Photo: EPN and Barack Obama
President Barack Obama telephoned Mexico’s Enrique Peña Nieto to review possible responses to the surge in unaccompanied minors illegally entering the United States across the southern border, the White House said.
“The President noted that Vice President (Joe) Biden will attend a regional meeting in Guatemala on Friday, June 20, to discuss the urgent humanitarian issue, and welcomed the opportunity to work in close cooperation with Mexico to develop concrete proposals to address the root causes of unlawful migration from Central America,” the administration said in a statement.
Most of the unaccompanied children streaming across the southern border are from Guatemala, El Salvador and Honduras.
Presidents Obama and Peña Nieto discussed their governments’ “shared responsibility for promoting security in both countries and in the region,” the White House said.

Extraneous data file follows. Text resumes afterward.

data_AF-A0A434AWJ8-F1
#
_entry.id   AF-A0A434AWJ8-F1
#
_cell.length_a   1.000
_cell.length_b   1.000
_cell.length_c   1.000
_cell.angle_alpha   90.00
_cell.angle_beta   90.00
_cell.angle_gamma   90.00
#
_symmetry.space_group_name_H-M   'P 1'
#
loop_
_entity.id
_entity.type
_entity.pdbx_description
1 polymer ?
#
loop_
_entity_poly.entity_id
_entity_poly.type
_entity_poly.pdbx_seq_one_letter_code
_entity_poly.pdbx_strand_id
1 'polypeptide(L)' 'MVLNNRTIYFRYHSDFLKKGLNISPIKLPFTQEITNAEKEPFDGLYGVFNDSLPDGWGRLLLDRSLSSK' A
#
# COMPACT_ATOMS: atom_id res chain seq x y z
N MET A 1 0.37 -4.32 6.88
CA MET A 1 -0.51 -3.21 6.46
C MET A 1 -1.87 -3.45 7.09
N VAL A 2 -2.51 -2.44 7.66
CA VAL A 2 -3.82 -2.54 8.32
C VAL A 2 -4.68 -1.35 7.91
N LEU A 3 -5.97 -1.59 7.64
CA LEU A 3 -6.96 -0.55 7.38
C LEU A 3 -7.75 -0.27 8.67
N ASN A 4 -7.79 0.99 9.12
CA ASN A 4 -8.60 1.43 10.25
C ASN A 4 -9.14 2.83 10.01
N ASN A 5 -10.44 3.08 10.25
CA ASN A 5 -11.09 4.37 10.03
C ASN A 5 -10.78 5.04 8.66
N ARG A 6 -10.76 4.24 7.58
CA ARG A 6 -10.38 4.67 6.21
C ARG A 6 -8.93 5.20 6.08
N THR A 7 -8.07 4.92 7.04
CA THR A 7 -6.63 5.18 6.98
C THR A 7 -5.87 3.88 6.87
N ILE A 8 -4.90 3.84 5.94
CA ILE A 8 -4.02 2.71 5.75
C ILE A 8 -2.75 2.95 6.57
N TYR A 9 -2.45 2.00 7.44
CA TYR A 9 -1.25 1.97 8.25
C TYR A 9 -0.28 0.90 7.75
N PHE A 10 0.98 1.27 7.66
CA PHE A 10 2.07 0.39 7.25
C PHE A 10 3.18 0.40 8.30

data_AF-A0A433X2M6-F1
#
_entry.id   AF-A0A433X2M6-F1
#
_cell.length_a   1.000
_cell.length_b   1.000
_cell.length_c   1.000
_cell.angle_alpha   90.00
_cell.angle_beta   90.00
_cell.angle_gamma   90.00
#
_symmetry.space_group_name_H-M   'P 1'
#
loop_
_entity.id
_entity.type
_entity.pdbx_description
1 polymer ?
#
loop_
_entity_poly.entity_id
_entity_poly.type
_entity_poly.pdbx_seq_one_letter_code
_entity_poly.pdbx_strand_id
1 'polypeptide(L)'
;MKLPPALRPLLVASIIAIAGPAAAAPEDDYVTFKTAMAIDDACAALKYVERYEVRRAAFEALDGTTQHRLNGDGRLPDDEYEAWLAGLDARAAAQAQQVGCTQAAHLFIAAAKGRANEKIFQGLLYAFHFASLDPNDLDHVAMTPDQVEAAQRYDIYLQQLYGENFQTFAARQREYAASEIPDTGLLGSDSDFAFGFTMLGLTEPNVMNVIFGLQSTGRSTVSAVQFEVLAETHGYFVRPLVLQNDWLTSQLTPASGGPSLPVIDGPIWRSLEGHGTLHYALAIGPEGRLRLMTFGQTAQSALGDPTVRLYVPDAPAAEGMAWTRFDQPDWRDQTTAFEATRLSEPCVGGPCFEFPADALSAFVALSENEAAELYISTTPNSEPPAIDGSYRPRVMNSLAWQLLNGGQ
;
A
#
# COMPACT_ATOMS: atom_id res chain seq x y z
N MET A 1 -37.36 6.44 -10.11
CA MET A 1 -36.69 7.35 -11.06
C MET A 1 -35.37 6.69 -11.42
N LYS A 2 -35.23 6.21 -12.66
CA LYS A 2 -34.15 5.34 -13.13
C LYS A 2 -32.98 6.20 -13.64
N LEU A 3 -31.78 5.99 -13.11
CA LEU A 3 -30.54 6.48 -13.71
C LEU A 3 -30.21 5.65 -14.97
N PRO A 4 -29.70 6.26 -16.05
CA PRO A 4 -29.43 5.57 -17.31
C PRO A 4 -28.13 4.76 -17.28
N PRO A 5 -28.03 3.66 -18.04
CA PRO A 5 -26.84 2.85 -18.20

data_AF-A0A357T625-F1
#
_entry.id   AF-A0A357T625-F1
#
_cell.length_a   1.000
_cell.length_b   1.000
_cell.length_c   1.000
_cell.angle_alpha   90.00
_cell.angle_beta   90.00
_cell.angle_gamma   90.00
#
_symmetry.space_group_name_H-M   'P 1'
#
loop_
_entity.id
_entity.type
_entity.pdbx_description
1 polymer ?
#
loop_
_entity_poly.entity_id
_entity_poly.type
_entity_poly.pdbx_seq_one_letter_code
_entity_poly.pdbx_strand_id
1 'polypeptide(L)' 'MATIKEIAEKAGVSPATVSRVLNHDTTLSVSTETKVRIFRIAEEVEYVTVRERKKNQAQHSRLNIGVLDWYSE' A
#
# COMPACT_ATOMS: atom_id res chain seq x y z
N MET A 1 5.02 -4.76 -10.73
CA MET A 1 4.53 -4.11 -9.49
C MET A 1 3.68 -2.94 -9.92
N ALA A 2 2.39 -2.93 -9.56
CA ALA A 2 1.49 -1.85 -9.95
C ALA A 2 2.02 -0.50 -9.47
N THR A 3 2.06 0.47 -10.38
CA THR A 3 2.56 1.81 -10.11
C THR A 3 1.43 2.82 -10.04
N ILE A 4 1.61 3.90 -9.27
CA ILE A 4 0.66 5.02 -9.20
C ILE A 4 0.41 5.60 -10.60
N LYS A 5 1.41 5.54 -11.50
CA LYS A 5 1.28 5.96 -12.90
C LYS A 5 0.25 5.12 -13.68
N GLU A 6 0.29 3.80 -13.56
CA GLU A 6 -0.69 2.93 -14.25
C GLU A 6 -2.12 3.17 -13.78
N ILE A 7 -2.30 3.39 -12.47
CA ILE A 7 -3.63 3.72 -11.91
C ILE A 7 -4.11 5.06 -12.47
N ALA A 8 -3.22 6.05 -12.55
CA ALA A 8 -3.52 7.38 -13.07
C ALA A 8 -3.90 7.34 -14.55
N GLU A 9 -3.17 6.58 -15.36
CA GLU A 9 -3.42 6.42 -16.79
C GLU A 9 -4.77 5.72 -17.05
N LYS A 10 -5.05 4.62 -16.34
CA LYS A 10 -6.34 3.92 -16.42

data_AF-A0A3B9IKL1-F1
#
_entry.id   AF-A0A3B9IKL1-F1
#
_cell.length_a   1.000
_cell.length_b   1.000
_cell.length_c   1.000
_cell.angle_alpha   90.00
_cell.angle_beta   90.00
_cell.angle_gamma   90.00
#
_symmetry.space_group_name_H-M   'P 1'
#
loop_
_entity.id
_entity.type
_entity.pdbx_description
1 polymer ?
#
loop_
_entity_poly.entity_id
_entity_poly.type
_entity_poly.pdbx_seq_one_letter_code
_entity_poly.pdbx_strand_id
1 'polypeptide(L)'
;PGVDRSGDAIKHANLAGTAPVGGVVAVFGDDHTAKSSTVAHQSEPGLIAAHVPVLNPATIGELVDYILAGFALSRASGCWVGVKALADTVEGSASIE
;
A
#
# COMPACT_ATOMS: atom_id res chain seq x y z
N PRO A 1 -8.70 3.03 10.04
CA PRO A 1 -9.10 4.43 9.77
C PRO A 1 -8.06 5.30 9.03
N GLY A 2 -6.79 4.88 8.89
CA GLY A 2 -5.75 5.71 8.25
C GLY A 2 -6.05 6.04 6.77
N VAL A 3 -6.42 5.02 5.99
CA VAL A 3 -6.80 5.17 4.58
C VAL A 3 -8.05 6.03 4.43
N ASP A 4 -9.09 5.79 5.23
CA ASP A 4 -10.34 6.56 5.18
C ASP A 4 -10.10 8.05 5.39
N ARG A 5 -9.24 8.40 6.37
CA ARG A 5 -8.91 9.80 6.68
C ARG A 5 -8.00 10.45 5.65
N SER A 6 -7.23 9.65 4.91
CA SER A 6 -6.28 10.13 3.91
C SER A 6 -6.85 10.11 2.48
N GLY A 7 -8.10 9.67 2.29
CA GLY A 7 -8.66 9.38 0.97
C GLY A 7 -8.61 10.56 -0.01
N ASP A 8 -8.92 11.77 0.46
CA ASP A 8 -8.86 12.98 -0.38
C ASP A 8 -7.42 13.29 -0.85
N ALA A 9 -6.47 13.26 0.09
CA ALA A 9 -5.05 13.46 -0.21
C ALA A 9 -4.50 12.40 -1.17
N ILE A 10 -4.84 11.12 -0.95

Citing the dangers faced by youngsters traveling alone, Obama praised the Mexican government’s efforts to persuade its citizens not to send their children across the border, according to the statement.
“The President also reiterated that arriving migrants will not qualify for legalization under proposed immigration reform legislation or deferred action for childhood arrivals (DACA),” the White House said, referring to the Obama initiative benefiting young undocumented migrants already in the United States.
The young migrants are subject to deportation, though each case is reviewed individually.
Extrapolating from the current trend, U.S. authorities say the number of unaccompanied children crossing the border could reach 60,000 by year’s end.
Obama earlier this month ordered the creation of an inter-agency Coordination Group to address the “urgent humanitarian situation” created by the influx.
Immigration authorities in Texas found themselves overwhelmed by the numbers of children arriving alone and began busing them to Arizona, where officials and NGOs have been scrambling to find shelter for the youngsters.